February 28, 2020

Combining a Weather Forecast with a Stochastic Weather Generator

Posted by Jason Lillywhite

A couple of years ago, I blogged about the application of the GoldSim WGEN model for producing probabilistic time histories of precipitation and temperature data. WGEN is useful for modeling natural systems impacted by uncertain climate influences. This model can also be used for simulating future scenarios and forecasting.

Even though the results of a WGEN model are probabilistic and uncertain, they are based on historical observed records and tied to the latitude of the earth. This allows us to produce realistic future simulations. But if you plan to use WGEN for short-term forecasting (less than 6 months), it might be helpful to incorporate a weather forecast for the first part of the simulation. Read more to see how a web service forecast model is combined with WGEN to produce a more reasonable forecast for a specific location without having to manually download the forecast.
To develop this model, you will need to combine 2 existing models from our library:

The WGEN GoldSim model is a daily time step model that can be run for long-term simulations. The GoldSim implementation is currently built and tested for 1-day time steps. Because of this, the forecast model was also set up for daily time steps. If you need to use something different, you will need to further modify the above models.

The forecast model provides daily min/max temperatures along with the chance of rain for 7 days. In addition to this, it provides the forecasted rain amount for 3 days. The temperature forecast is applied to stochastic elements that use the mean absolute error (MAE) values published by the National Weather Service to define a triangular probability distribution where the most likely value is the forecast then the min and max are the forecast +/- the MAE. Below is a screen capture of the forecast model by itself:

The next step is to combine WGEN and the forecast model into a single model that transitions from the forecast to fully probabilistic weather simulation after the first 7 days. Here is a screen capture showing a new model with the 2 above models pasted in.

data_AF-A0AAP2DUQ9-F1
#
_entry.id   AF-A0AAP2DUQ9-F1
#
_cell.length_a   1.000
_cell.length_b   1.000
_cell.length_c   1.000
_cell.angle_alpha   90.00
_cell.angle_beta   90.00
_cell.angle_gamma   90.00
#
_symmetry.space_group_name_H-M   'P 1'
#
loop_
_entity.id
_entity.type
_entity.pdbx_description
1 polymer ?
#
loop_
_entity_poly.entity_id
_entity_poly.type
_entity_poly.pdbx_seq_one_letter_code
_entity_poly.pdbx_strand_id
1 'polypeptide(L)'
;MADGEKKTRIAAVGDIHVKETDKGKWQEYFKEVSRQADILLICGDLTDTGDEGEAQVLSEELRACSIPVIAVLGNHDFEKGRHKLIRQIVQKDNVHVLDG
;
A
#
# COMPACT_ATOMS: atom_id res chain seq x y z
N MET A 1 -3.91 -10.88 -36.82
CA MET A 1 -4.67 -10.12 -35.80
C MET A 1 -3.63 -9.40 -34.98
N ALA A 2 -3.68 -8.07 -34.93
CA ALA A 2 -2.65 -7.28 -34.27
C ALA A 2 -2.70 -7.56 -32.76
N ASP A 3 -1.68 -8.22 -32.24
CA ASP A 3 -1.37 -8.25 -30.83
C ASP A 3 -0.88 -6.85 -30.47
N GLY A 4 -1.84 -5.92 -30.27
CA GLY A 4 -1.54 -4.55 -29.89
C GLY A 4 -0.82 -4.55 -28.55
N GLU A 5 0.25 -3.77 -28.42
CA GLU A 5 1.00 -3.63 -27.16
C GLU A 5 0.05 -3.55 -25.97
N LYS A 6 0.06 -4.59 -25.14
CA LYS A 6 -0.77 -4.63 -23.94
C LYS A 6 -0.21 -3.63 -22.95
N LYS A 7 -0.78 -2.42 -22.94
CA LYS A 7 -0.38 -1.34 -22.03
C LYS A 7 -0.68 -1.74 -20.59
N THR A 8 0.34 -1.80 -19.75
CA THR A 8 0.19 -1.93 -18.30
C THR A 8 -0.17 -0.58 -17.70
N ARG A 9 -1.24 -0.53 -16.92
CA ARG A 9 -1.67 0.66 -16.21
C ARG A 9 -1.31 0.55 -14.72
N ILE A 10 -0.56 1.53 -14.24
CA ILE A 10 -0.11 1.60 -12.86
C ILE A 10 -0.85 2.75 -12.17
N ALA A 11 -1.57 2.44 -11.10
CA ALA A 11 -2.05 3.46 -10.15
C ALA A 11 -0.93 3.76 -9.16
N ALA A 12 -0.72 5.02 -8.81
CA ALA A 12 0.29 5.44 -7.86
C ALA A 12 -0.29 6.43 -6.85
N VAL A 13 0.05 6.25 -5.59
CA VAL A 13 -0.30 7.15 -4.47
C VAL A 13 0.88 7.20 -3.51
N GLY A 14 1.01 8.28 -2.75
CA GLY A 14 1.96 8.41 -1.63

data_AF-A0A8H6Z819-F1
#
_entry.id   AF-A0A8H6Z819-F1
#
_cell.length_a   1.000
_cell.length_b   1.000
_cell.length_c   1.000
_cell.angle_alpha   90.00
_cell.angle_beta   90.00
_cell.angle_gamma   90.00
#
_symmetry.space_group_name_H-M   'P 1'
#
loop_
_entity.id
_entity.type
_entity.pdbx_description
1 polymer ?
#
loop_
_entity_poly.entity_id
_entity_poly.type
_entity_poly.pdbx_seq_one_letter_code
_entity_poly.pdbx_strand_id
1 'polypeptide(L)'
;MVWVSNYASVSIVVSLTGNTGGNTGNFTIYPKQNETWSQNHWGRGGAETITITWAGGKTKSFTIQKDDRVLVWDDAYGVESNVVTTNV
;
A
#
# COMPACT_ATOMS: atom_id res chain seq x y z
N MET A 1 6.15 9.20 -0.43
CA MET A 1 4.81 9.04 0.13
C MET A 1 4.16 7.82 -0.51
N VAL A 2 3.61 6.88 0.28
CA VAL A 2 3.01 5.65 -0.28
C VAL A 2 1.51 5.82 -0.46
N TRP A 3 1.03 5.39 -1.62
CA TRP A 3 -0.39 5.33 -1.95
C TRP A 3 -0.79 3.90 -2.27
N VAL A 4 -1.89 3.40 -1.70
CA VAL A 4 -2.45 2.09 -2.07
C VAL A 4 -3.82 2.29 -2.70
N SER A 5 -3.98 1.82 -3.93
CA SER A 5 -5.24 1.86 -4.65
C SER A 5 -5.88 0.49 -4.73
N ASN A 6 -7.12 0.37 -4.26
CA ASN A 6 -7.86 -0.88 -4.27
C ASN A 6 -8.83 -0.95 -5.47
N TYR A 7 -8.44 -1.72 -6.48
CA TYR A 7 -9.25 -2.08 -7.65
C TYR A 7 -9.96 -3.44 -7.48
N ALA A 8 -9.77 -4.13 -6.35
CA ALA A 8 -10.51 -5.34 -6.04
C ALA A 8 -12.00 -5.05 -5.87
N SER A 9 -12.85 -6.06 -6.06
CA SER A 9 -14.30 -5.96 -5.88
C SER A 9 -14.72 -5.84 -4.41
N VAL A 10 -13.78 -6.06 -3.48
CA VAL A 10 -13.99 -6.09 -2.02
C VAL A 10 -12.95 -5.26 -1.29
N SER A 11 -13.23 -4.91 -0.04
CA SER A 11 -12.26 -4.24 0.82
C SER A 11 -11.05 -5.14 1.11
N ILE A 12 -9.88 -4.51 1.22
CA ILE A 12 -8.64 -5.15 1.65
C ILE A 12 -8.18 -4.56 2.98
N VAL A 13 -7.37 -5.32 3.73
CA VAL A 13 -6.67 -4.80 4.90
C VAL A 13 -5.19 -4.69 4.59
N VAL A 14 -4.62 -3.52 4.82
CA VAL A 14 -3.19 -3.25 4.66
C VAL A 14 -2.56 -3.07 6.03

You can connect these 2 models by applying conditions on the results that switches from the forecast result after it is complete then switch over to the WGEN results. An example Selector is shown below that provides this type of switch for the rain generator input, probability of rain ("Prob_Wet"), that switches from the NDFD forecast rain probability (from NWS Web Services) then immediately switches over to the WGEN output.

This will prove to be quite an abrupt jump for some simulations as you transition from the forecast to the probabilistic weather generator. 

Update (15 August, 2020):

I implemented a transition period in the model that provides a linear transition from the last forecast value to the WGEN output over a specified transition duration. The image below shows the result of this transition for a single realization. On the last day of the forecast, there is 100% weight factor on the forecast and 0% weight on WGEN. At the end of the transition period, it is the opposite: 0% factor on the last forecast value and 100% applied to the WGEN output. Through the transition period, it changes linearly over time.

Below is a screen capture of a plot for just 1 realization so you can see how the transition occurs during the time from the last forecast value until it merges to the WGEN output. 

You can adjust the duration of the transition period using a slider on the dashboard.

The result of this is a more gradual transition from a published forecast to a stochastic output. In my case, I added containers with the word "transition" to hold the functions that output the values as the simulation time transitions from the forecast period into the future stochastic period. 

The result is a model that starts with a deterministic output from the weather forecast then transitions to probabilistic as demonstrated in the dashboard of this model, shown below. This type of simulation is more accurate for short-term forecasts than using WGEN alone because it's taking into consideration actual forecasts.

If you would like a copy of this model, please let us know in a comment below.

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